£125,000 £250,000

Reversing previous amendments to the off-payroll working rules

From 6 April 2023, changes introduced in 2017 and 2021 in relation to the off-payroll working rules (IR35) will be reversed. Those changes shifted responsibility for determining employment status to the organisations that engage contractors, first in relation to the public sector (in 2017) and more recently in relation to larger employers in the private sector (in 2021).

This means that workers providing their services via a personal services company or other intermediaries will again be responsible for determining their employment status, as well as paying the appropriate amount of tax and National Insurance Contributions.  This is a surprising move, but it will be welcomed by businesses and contractors alike. However, it is in some senses frustrating that it has only come now that many taxpayers have already incurred time and expense in adjusting their internal processes in order to comply with the recent changes.  These processes may need to be reviewed again in light of the upcoming repeal.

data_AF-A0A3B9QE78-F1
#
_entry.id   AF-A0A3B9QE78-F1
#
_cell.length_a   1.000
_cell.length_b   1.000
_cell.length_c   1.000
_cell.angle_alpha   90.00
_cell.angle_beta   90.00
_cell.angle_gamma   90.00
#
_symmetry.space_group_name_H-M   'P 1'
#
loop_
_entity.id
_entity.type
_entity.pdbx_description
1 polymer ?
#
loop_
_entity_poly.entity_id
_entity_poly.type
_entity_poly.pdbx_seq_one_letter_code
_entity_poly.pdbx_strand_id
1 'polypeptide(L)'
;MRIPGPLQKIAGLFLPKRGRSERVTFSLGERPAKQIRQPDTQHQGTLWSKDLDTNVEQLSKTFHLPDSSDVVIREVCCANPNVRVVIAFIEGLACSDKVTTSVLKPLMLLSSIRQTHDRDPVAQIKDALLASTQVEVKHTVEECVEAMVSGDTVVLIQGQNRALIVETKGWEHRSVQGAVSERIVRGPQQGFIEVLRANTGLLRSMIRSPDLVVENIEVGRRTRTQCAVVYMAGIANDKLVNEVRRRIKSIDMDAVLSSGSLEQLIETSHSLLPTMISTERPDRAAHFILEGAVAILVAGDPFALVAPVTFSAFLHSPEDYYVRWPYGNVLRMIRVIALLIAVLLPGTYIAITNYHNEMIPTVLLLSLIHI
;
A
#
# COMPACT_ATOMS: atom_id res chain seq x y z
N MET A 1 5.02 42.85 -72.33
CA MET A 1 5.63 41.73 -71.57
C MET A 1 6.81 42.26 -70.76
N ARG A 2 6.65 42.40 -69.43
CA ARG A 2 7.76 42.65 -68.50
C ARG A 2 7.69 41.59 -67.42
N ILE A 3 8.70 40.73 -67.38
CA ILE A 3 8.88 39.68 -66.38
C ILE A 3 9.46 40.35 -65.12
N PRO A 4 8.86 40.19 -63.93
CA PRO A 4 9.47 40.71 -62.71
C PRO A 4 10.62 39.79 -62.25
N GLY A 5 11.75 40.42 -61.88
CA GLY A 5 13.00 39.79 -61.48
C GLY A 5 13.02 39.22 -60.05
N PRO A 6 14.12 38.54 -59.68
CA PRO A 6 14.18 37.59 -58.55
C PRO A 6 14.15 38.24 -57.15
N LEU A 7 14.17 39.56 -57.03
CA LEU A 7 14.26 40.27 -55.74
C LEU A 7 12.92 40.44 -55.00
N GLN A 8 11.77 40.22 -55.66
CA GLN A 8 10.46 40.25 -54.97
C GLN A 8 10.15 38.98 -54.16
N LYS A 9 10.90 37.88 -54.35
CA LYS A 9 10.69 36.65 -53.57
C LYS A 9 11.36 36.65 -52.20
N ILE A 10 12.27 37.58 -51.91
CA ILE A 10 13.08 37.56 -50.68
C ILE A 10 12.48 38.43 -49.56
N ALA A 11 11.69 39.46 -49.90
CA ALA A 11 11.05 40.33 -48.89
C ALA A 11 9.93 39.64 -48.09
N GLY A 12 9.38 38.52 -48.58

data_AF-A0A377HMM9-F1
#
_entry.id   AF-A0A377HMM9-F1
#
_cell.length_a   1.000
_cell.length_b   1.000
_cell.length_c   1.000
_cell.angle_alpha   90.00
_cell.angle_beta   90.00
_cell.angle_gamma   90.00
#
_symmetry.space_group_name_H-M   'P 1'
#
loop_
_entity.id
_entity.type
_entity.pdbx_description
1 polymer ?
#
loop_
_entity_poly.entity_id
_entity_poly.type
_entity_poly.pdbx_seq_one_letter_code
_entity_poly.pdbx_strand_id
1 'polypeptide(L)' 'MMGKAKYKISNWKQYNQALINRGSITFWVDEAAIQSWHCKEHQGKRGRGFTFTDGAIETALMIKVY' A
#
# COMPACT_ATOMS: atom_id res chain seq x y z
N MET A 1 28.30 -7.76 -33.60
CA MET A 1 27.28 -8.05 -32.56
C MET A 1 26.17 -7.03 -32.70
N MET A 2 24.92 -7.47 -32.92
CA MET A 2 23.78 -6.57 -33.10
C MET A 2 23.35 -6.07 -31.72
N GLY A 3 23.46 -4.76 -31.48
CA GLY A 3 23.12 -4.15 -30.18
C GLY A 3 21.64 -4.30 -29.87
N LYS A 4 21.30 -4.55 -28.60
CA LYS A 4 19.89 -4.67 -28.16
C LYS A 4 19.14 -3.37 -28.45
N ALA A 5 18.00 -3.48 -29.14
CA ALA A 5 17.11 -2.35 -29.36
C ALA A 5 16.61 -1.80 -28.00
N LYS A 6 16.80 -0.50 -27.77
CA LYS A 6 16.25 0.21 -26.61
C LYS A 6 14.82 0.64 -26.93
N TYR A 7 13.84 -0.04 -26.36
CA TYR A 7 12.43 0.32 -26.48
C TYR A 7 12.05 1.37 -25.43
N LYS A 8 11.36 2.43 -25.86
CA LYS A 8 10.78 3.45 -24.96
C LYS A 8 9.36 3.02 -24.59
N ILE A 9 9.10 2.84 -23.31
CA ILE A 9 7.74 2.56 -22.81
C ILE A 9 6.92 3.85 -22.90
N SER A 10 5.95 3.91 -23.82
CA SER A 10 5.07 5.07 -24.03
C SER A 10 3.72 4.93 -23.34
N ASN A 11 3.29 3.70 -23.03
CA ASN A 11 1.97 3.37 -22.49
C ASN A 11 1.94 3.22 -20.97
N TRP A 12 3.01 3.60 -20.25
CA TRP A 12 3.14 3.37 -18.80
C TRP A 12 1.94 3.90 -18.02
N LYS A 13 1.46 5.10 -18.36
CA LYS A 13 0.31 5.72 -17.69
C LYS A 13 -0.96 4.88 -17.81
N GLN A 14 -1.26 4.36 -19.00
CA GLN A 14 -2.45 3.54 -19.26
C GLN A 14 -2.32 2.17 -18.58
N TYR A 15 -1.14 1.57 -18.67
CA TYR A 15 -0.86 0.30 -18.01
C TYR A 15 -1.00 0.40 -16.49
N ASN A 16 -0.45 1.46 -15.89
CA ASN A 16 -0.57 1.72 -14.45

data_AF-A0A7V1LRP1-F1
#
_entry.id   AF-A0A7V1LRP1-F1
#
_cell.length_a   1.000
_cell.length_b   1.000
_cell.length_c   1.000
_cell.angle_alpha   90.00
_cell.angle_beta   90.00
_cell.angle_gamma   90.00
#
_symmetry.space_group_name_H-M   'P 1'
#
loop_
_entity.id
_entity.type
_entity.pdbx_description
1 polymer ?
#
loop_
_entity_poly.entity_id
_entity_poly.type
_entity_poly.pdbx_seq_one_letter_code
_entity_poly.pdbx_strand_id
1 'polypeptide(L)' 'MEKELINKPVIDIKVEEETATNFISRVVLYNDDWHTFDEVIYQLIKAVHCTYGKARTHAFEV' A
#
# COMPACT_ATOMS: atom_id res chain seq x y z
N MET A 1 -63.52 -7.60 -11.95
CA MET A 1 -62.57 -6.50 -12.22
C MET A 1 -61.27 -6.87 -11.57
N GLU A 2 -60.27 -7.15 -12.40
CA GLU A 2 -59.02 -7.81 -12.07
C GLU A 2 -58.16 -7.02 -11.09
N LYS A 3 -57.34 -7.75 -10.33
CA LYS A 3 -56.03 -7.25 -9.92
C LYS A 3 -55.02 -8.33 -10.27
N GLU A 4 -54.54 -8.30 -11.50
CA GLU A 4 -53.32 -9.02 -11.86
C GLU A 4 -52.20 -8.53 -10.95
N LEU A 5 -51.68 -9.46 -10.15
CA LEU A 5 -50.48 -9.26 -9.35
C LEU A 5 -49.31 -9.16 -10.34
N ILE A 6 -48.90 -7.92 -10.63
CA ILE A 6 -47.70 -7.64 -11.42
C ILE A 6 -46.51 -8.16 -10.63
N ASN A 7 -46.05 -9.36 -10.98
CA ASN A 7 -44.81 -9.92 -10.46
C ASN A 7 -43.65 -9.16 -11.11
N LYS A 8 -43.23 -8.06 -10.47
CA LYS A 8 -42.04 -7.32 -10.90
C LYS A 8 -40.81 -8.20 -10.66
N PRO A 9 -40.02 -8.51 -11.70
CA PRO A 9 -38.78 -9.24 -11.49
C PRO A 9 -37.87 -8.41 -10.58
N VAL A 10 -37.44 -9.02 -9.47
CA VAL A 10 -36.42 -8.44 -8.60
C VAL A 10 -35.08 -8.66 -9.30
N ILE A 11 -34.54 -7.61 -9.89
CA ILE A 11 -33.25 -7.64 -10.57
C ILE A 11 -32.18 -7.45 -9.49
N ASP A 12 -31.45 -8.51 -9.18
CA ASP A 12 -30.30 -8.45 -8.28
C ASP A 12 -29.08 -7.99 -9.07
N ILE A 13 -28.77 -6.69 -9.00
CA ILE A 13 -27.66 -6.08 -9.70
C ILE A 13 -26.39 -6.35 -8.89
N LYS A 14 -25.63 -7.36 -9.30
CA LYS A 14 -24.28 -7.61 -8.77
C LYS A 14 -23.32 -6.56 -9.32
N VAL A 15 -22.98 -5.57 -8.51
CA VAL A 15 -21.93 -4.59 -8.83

The annual investment allowance (AIA) remains at £1 million

Governments have tinkered with the level of the AIA many times in recent years, with the aim of stimulating investment by allowing for more generous tax relief than usual for certain types of capital expenditure.  The temporary £1 million level of the AIA was due to reduce to £200,000 but has instead been made permanent.

Extending tax schemes to encourage investment and employee incentivisation

The government has also announced that it is widening the availability of the Seed Enterprise Investment Scheme (SEIS) and Company Share Option Plans (CSOP), as well as committing to extending the EIS and VCT schemes beyond the “sunset” clauses that would otherwise take effect in 2025.

SEIS

From April 2023, the following changes will be implemented to extend SEIS:

  • companies will be able to raise up to £250,000 of SEIS investment;